Wednesday, March 10, 2010

Using Windows Scripts to Backup Files to External Hard Disk

By: John Andersen

One of the more routine processes that can be performed with a Windows script is backing up files and folders. Often times you just want to copy files onto a backup USB type jump drive or other external hard drive that can be removed and stored safely in case of emergency and can also be easily moved from system to system.

The first step in building this script is you need to assess what exactly needs to be backed up. Is it just a hand full of files or are there complete directory structures and folders that need to be saved in case of a disaster. If you are just copying files straight across to a backup drive you can use the copy command and some wild cards in place of file names along the lines of "copy *.*" which will copy all files from a source to a destination regardless of name or file extension.

There are additional switches you want to be aware of for use with the copy command. The V switch will verify all of the files copied with the original and can come in handy if you are copying files to a floppy disk using a questionable or flaky disk drive. If you want to create a script that can run in the background without user intervention then you will make use of the Y switch. The Y switch suppresses prompting when the copy command overwrites files in to the destination. For example if every day you backed up the same set of files to a backup drive you would want the copy to overwrite the files instead of prompting you to confirm each one.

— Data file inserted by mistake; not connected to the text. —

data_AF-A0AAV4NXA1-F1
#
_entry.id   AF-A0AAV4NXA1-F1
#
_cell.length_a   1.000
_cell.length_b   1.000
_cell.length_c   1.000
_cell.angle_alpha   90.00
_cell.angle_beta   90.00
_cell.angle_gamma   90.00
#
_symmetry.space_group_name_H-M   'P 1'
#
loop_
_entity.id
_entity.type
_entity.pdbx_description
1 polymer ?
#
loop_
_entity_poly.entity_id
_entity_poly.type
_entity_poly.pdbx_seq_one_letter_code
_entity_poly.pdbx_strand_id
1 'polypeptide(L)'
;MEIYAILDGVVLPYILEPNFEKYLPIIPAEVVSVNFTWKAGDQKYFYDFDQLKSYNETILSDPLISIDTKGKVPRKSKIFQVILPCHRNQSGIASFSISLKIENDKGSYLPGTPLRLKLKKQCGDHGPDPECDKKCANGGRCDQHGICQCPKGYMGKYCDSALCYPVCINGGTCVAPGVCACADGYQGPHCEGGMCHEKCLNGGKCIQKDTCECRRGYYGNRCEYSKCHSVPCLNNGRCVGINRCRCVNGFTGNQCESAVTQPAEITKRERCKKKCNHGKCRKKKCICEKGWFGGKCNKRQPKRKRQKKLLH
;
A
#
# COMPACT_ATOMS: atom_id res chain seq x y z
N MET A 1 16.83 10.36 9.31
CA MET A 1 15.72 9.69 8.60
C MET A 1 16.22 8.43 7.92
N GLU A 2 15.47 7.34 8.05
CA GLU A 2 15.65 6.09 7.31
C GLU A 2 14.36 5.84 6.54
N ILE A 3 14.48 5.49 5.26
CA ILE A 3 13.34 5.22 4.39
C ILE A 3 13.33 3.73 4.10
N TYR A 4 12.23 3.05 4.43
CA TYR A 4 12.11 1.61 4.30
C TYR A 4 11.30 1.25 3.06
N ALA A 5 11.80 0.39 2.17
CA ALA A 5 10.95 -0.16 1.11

Now if you want to keep a directory structure along with folders and sub-folders intact or copy them over verbatim, you will need to use the xcopy command. Xcopy is like the copy command only on steroids with many more features including the ability to copy whole folders and sub folders containing files. Executing this command would look like "xcopy source destination" with the E switch which will copy all files and folders. Just like copy the xcopy command supports the Y switch to suppress overwrite prompts.

When it comes to the xcopy command I could cover many more features which can be quite powerful when building Windows backup scripts for your workstations and servers. With this cool command you have the ability to copy over ownership and security information, file system attributes, and so much more. With either the xcopy or copy commands you also have the ability to pipe the detailed job log information into an output file using the > character followed by the file name. You can then go back and review the detailed log files to make sure all of the backups are running smoothly.

Once you have a backup script created you can take it a bit further by looking at ways we can schedule it to run automatically and then freeing up your time to do more important things. Automating a script like this can be easily accomplished using the task scheduler that comes pre-installed with Windows. You simply specify what days and time you want the script to run and your off to the races.